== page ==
Filed Date: Aug. 19, 2020
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This case is about Michigan's state civil rights law, the Elliott-Larsen Civil Rights Act, and whether its prohibition of sex-based discrimination includes discrimination on the basis of sexual orientation. In mid 2020, the Michigan Department of Civil Rights opened two investigations into two Michigan businesses. One individual alleged that they were denied service at a business on the basis of their gender identity. And a same-sex couple alleged that they were denied service on the basis of their sexual orientation. One of the MDCR’s policy statements interpreted the ELCRA, which effectively prohibits discrimination “because of…sex,” as prohibiting discrimination on the basis of gender identity and sexual orientation. The two businesses sued the MDCR and its Interim Director on August 19, 2020, challenging the MDCR’s interpretation of ELCRA. The case was assigned to Michigan Court of Claims Judge Cristopher M. Murray.
The defendants moved for summary disposition on September 16, 2020. In an opinion published on December 7, 2020, Judge Murray granted in part and denied in part the defendants’ motion for summary disposition. An earlier Michigan Court of Appeals decision confirmed that the ELCRA’s reference to “sex” did not include discrimination on the basis of sexual orientation. The court considered itself bound to that precedent, and thus denied the defendants’ motion for summary judgment as applied to one of the plaintiff’s arguments. That plaintiff argued only that the ELCRA did not cover discrimination because of a person’s sexual orientation.
No prior decision addressed the question whether gender identity fell within the prohibition against discriminating on the basis of sex. The second plaintiff, Rouch World, argued that just as the Act did not cover discrimination because of sexual orientation, the ELCRA did not cover discrimination on the basis of gender identity. This plaintiff relied heavily on a separate case, dealing with a different statute, which concluded that references to “gender” were synonymous with “sex.” But the Michigan Supreme Court vacated that decision and remanded it for reconsideration in light of the United States Supreme Court’s decision in Bostock v. Clayton County. The Court of Claims therefore approached the ELCRA in light of the Bostock majority’s reasoning and concluded that “if [the] defendants determine that a person treated someone who ‘identifies’ with a gender different than the gender that he or she was born as, then that is dissimilar treatment on the basis of sex.” Nothing in the ELCRA therefore precluded action to redress that violation through existing MDCR procedures.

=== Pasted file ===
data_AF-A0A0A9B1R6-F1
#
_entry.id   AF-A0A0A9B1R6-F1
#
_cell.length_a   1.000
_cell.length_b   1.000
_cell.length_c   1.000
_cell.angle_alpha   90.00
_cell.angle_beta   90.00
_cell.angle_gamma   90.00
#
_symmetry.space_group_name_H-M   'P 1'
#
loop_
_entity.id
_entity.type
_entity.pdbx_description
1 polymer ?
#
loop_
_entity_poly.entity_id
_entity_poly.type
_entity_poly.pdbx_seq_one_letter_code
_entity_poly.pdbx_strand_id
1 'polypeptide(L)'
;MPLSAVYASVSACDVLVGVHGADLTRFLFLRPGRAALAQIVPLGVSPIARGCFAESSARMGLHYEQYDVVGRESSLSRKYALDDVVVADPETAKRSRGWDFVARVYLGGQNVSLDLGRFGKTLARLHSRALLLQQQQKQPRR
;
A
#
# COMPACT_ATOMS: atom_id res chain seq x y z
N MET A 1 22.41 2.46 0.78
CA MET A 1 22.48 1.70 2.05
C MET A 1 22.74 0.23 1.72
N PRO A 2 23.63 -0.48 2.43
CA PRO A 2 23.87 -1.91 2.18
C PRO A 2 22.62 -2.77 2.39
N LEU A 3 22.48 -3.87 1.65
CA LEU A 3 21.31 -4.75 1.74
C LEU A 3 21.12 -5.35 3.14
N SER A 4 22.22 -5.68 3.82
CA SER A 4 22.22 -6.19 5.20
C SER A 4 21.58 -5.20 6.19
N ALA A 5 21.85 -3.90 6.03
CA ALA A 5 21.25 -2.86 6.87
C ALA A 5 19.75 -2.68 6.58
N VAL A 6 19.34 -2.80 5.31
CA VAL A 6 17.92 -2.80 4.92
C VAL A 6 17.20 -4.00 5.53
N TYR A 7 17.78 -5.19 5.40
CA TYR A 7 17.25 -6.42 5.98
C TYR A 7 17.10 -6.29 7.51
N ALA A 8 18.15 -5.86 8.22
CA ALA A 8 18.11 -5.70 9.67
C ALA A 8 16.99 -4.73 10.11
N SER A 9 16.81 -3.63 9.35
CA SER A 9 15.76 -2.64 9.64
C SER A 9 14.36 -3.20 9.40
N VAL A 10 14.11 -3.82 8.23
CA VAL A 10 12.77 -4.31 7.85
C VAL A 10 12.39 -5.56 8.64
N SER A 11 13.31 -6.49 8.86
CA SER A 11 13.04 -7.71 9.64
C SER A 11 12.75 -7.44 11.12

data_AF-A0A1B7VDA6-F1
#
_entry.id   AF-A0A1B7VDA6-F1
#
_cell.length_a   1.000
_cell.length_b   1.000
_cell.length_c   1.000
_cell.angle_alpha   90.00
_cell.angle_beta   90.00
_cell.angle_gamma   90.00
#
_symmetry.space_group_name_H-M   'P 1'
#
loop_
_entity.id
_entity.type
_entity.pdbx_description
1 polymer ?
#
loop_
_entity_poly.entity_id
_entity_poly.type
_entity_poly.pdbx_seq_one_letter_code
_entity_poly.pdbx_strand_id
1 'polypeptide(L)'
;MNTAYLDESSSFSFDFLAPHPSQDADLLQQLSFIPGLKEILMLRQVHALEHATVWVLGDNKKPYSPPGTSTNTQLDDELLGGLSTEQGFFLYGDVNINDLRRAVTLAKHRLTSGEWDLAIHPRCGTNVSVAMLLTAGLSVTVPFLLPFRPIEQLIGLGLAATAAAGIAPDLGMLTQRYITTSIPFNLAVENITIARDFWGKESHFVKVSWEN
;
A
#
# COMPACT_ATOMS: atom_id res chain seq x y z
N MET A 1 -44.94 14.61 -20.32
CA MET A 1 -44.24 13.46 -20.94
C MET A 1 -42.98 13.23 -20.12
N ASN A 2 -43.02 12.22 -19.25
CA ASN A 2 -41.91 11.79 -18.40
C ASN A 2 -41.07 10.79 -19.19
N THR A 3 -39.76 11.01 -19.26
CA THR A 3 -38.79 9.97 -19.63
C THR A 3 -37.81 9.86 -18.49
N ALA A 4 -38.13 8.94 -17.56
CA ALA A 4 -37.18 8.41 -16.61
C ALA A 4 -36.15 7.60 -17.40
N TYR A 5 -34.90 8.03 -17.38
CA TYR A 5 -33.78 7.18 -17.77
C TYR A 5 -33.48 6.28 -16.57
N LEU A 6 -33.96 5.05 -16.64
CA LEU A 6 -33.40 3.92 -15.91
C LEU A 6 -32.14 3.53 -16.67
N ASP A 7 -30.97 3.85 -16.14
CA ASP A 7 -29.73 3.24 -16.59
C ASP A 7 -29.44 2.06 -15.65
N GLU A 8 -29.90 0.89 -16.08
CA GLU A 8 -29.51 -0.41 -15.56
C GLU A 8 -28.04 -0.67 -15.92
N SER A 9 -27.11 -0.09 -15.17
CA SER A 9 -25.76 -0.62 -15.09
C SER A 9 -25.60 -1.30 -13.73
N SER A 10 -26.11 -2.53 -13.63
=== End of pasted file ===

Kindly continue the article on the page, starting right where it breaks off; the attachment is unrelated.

The defendants then filed an interlocutory application for leave to appeal in the Court of Appeals, challenging the court’s decision to grant summary disposition on the sexual orientation question. Shortly thereafter, the defendants filed a bypass application in the Michigan Supreme Court. The Court granted that application, so the appeal proceeded immediately to the Michigan Supreme Court. Plaintiffs did not cross-appeal the Court of Claims’ determination that the ELCRA protects individuals from discrimination on the basis of their gender identity. The Court therefore considered only the question whether the ELCRA protected an individual from discrimination on the basis of their sexual orientation.
In an opinion published on July 28, 2022, the Court found that the ELCRA’s reference to “sex” extended protection against discrimination on the basis of sexual orientation. The ELCRA prohibited the denial of “the full and equal enjoyment of the goods, services, facilities, privileges, advantages, or accommodations of a place of public accommodation or public service because of…sex.” The Court’s earlier decisions confirmed that the phrase “because of” created a but-for causation standard. So just as in Bostock, the Court concluded that “discrimination on the basis of sexual orientation necessarily involves discrimination because of sex in violation of the ELCRA.” It rejected arguments that the reference to “sex” must include some increment of purpose beyond the but-for test, as well as arguments that the Court should have preferred an interpretation of the ELCRA that accounted for the promulgating legislature’s intent.
For that reason, the Court reversed the Court of Claims’s decision and remanded the case for proceedings consistent with its clarified interpretation of the ELCRA. Litigation is ongoing in the Court of Claims, where the case was reassigned to Judge Elizabeth Gleicher.
Hank Minor (1/3/2023)
Last updated Aug. 30, 2023, 1:48 p.m.Docket sheet not available via the Clearinghouse.
State / Territory: Michigan
Filing Date: Aug. 19, 2020
Case Ongoing: Yes
The plaintiffs are two Michigan businesses generally open to the public.
Public Interest Lawyer: No
Filed Pro Se: No
Class Action Sought: No
Class Action Outcome: Not sought
Causes of Action:
Prevailing Party: None Yet / None
Nature of Relief:
Source of Relief:
Affected Sex or Gender: